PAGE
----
Missing the point. The council is supposed to be a tool to elevate global development, ensure coherence in US development policy across the U.S. government, and engage the public. To do this, the council has to be high-profile not just based on its members, but in visibility across and outside the government. The White House should encourage U.S. government agencies — including State, Defense, Commerce and others — to engage the council, and the council should reach out early and often to people inside and outside the government.
Here are three ideas that might help:
An executive secretariat, not just an executive director. The executive order puts USAID in charge of funding, administrative support and appointing an executive director for the council. To live up to the full vision of the council, the executive director should be a full-time, senior staff member in charge of a small but efficient secretariat to support the council. The secretariat would manage communications, policy outreach and public engagement including through a public website with council meeting details and tools to share ideas, solicit feedback and interact with the development policy community, Capitol Hill and beyond. While I initially applauded USAID as the administrative home for the council, independent staff dedicated solely to the council could help raise its profile, work outside one agency’s structure, and be especially creative about public engagement. The President’s Council on Jobs and Competitiveness seems to be a good model.
Plus ones for everyone. The plus one model is common in the US government in which an agency principal appoints a plus one to support him or her during White House and interagency meetings and do a lot of the work. The plus ones are often technical staff and gather information independently and among the other council staff or plus ones to inform and drive the work flow. The executive order outlines this model for the governmental members of the council but the non-governmental members should be encouraged to set up the same formal system. The MCC board of directors is a great example of using governmental and nongovernmental plus ones, all of whom have security clearances.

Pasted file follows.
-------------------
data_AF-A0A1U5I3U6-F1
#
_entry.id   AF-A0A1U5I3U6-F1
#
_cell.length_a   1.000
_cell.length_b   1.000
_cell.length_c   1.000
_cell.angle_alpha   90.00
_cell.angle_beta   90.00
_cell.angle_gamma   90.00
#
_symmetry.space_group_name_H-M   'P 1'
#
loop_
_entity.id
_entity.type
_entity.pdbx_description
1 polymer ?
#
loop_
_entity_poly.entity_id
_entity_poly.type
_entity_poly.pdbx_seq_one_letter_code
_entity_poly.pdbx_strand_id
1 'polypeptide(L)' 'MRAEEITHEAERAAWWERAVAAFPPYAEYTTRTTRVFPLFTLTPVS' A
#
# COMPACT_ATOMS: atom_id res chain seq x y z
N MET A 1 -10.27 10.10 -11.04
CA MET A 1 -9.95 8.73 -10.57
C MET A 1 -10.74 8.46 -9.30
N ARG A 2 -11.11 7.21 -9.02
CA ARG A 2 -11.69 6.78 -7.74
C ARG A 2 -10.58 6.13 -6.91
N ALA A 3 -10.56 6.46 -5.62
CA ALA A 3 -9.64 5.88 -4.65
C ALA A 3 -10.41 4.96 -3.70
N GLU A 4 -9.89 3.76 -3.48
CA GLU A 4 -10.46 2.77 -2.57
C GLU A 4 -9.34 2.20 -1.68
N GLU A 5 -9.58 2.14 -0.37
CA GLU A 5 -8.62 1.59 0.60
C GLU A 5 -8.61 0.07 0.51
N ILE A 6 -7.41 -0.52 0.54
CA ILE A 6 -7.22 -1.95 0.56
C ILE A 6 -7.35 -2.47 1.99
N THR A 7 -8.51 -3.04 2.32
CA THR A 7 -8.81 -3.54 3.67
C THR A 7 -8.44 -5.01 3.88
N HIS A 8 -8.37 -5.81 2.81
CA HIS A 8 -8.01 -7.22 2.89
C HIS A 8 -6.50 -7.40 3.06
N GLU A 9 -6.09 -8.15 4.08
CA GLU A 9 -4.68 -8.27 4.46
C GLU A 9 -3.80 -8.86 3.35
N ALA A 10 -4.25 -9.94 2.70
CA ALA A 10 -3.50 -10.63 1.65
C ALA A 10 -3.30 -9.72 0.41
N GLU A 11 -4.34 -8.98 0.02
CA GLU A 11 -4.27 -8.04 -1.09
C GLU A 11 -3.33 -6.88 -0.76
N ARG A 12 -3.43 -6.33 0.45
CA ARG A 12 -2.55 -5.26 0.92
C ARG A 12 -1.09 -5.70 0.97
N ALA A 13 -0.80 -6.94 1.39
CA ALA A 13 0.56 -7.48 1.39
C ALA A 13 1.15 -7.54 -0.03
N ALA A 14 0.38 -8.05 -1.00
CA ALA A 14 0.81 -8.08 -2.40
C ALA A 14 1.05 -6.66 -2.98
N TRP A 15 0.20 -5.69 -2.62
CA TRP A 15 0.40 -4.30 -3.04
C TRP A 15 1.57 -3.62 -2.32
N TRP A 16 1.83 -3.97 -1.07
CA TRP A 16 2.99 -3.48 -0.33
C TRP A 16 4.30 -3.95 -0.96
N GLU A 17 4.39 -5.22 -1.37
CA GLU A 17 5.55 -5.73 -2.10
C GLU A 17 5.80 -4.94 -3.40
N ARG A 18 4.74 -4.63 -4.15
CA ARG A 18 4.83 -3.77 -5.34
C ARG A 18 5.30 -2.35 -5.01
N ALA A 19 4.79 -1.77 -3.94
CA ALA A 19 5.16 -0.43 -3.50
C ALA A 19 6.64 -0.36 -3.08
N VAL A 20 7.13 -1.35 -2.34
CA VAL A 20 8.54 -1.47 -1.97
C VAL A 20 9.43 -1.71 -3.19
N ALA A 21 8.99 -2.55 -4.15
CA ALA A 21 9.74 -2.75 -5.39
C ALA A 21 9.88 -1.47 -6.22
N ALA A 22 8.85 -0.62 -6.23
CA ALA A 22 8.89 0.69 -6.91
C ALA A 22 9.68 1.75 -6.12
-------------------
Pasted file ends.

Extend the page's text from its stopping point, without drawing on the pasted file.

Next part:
Fill ‘er up. The current council members are ready to go and shouldn’t delay, but four slots remain open. Why not fill them up with members who would bring additional expertise and political affiliation? The White House could opt for members with expertise on trade, migration, climate, security, congressional affairs, government management or public engagement. And a few more Republicans or Independents could increase the council’s credibility as an independent body that will call a spade a spade when necessary and help make the case, as I believe originally intended, that the council exist beyond this presidential term.
I’m trying to keep hope alive that the Obama administration will use the council — and the excitement around it — to promote smarter U.S. global development policy, but hope is waning.
Edited for style and republished with permission from the Center for Global Development. Read the original article.